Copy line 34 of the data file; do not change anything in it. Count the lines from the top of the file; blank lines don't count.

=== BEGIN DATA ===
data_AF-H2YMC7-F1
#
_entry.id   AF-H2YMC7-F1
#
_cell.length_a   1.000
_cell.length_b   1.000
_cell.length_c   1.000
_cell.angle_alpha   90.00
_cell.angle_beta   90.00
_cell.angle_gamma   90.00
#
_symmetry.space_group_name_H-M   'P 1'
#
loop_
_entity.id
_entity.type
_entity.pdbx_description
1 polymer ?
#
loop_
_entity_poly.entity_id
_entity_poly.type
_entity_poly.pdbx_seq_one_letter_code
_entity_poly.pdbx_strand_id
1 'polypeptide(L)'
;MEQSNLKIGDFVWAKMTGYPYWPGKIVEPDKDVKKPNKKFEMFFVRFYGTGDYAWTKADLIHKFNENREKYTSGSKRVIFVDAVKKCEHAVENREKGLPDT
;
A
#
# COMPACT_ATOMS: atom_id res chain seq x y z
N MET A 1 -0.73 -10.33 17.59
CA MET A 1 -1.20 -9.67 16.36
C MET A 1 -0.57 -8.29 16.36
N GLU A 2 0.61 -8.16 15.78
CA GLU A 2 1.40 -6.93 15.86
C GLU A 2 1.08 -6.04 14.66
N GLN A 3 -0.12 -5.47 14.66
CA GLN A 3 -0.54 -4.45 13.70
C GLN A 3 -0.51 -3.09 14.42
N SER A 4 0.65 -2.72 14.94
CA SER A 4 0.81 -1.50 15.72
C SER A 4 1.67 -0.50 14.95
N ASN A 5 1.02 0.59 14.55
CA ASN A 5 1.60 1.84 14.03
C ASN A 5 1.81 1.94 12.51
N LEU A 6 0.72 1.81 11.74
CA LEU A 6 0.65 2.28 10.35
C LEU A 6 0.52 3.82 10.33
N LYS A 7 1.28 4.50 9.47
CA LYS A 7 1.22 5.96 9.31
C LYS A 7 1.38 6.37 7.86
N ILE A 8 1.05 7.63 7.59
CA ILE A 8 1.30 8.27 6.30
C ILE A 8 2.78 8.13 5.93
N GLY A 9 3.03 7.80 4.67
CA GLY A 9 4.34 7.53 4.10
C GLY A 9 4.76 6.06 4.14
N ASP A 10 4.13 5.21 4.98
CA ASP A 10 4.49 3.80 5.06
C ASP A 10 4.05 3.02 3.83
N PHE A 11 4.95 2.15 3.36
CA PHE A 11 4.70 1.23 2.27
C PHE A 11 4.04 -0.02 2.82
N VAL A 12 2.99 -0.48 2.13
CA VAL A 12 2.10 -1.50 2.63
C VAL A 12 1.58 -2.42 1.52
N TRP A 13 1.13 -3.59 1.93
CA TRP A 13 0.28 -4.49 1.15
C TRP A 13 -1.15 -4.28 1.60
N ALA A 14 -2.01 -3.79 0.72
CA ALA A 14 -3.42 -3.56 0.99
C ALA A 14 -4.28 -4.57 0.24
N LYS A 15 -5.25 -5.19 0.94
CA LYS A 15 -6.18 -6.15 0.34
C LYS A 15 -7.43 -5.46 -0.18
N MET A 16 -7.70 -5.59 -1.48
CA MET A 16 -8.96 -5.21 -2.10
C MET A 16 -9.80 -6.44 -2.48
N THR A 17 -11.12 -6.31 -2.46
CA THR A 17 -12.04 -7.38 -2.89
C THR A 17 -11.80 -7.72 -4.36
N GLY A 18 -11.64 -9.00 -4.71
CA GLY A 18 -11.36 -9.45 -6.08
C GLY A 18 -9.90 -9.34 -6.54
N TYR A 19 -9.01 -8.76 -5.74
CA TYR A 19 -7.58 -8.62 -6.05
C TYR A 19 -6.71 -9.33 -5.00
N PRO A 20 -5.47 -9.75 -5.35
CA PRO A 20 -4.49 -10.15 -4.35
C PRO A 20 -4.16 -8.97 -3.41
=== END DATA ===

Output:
N GLU A 2 0.61 -8.16 15.78